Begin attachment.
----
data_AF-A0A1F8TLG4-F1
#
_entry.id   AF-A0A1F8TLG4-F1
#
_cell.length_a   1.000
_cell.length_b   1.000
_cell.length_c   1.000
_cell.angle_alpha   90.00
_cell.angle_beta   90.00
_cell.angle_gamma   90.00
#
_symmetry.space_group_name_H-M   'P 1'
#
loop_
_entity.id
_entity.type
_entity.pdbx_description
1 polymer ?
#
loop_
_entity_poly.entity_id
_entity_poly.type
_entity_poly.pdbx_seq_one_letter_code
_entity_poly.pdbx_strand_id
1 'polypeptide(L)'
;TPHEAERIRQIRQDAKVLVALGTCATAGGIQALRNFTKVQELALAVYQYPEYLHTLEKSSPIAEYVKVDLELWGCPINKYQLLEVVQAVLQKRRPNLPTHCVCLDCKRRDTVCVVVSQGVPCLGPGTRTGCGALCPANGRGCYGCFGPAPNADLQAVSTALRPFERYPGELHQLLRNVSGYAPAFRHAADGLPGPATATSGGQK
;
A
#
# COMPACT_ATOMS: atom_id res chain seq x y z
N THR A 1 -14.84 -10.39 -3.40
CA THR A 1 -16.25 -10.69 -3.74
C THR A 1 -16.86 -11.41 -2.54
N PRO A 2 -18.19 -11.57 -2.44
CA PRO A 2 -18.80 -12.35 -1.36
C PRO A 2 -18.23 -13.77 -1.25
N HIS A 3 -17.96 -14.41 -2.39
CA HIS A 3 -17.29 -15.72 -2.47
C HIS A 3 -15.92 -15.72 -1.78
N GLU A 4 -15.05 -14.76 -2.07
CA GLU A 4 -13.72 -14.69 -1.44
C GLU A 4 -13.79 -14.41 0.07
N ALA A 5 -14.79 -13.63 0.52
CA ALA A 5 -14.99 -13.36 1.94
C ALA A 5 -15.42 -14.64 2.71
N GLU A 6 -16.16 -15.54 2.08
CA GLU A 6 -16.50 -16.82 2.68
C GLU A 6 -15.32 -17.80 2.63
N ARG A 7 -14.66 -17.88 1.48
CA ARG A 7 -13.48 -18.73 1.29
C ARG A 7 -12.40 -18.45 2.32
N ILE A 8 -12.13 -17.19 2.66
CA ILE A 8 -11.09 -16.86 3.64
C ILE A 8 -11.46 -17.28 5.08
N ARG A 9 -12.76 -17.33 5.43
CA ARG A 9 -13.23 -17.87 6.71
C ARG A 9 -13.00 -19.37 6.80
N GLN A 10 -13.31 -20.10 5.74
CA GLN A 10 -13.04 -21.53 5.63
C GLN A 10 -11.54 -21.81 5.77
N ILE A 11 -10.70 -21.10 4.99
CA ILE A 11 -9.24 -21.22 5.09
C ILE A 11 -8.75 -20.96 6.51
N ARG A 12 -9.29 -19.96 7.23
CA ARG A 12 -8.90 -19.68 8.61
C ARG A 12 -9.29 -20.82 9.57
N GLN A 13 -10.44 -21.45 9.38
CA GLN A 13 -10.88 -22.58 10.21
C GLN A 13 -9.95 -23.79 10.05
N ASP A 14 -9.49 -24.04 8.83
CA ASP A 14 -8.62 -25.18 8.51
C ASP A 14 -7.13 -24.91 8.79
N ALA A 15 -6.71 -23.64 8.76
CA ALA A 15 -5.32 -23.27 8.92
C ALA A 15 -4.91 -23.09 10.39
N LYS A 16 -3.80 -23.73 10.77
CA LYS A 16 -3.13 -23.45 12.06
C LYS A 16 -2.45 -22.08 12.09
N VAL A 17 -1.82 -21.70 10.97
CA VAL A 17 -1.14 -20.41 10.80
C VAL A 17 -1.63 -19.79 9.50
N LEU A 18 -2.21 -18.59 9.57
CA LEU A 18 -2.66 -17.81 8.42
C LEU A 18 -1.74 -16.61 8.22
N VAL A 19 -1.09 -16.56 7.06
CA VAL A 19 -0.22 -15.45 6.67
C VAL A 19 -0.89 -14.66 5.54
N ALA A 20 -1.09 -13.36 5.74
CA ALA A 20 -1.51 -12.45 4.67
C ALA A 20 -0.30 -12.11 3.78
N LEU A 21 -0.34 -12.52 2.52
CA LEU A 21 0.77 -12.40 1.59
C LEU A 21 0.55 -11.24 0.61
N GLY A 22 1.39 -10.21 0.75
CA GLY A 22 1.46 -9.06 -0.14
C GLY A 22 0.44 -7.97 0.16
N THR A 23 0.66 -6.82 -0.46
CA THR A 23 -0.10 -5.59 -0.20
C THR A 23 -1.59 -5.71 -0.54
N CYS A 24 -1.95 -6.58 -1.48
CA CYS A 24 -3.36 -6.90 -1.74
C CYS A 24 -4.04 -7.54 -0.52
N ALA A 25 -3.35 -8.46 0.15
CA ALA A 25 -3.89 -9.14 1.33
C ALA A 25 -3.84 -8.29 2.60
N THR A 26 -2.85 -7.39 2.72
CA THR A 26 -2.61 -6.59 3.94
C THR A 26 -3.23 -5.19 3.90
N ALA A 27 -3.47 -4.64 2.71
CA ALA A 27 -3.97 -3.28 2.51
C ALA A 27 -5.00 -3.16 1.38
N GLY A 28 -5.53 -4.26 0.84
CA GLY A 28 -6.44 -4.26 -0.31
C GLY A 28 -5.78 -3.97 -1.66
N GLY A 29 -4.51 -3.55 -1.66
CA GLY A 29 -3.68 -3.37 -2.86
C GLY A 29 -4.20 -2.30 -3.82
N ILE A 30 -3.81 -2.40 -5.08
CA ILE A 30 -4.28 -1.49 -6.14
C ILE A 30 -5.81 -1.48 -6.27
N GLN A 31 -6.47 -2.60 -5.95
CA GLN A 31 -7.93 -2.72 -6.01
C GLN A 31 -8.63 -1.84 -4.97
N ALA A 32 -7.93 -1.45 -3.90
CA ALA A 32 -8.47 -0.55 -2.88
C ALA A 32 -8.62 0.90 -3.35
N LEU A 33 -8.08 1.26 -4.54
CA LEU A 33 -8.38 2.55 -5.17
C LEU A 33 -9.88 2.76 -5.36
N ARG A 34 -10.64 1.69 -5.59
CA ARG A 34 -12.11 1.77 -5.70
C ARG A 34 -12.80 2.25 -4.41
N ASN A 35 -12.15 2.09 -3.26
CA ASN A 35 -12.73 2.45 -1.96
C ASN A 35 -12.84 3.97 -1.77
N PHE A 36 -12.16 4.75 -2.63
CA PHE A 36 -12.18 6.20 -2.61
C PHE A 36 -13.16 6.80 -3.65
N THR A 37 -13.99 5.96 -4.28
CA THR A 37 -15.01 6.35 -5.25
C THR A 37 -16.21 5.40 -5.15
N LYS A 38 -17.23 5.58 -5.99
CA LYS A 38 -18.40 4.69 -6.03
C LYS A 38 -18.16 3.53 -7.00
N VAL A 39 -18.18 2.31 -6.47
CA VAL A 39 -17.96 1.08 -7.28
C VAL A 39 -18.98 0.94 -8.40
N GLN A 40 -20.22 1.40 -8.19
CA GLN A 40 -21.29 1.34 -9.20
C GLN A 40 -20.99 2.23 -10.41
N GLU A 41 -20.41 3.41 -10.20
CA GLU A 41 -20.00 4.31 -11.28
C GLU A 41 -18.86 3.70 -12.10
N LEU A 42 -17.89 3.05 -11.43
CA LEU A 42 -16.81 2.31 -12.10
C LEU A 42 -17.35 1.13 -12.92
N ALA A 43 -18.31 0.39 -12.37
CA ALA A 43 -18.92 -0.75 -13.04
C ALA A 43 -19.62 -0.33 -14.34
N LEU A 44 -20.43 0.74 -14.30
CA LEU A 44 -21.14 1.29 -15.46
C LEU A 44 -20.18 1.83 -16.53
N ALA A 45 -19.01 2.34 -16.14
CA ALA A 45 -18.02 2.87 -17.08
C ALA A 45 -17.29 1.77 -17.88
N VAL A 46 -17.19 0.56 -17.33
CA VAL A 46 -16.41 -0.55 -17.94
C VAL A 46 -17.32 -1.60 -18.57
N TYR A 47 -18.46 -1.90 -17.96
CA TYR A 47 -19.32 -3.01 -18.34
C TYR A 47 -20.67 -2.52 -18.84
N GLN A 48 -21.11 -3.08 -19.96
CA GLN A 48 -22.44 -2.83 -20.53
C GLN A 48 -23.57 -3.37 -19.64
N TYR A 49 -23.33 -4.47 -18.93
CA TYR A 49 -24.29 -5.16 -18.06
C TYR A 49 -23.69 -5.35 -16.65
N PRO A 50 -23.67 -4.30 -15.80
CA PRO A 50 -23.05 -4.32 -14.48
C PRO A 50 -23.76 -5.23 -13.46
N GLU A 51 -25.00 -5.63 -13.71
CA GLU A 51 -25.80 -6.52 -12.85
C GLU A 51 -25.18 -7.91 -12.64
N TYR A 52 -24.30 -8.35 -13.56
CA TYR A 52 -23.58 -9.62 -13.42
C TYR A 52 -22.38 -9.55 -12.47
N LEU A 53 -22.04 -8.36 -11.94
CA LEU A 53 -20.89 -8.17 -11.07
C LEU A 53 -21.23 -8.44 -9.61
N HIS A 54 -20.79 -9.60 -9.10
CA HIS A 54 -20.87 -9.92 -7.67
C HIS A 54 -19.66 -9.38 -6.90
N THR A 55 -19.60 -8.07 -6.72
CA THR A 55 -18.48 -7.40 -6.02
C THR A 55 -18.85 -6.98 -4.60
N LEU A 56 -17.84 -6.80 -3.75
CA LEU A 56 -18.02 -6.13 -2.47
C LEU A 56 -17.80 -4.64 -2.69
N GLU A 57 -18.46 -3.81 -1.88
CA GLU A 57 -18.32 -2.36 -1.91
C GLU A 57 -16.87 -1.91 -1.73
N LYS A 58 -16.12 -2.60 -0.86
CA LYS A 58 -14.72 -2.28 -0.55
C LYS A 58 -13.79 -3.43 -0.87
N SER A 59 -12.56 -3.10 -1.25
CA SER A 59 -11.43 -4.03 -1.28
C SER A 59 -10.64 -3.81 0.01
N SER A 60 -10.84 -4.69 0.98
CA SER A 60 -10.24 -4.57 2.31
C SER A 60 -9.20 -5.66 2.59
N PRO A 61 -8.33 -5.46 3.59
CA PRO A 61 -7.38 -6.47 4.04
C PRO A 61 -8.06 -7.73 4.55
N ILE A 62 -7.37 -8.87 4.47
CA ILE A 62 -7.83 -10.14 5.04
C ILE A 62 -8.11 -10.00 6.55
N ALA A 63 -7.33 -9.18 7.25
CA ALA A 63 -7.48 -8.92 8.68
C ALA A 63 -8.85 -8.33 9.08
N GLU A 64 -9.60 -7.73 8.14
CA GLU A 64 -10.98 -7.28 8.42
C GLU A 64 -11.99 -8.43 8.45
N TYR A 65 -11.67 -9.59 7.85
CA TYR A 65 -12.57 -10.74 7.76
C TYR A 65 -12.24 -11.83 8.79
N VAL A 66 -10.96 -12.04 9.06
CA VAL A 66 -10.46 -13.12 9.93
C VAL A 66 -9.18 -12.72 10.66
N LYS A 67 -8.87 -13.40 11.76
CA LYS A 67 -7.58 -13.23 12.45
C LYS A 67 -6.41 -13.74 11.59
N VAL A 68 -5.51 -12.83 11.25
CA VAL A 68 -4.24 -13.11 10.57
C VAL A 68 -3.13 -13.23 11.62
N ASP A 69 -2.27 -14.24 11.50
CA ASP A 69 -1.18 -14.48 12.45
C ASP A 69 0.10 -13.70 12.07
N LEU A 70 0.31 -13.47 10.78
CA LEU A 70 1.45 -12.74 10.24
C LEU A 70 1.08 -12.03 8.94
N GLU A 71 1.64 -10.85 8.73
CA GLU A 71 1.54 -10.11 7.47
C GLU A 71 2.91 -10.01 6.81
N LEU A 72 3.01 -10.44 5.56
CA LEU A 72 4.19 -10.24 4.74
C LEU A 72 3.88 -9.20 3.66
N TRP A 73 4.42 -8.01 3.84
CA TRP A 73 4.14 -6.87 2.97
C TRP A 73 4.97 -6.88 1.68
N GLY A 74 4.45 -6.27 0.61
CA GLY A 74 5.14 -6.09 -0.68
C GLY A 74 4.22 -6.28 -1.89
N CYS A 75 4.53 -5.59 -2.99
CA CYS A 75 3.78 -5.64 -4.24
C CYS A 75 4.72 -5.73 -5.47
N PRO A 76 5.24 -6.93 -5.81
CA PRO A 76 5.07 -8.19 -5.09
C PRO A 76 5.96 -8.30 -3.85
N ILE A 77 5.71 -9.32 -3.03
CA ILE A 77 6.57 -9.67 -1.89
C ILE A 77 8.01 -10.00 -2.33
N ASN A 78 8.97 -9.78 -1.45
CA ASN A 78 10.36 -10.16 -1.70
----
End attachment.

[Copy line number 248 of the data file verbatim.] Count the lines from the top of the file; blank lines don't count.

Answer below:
CA TRP A 73 4.14 -6.87 2.97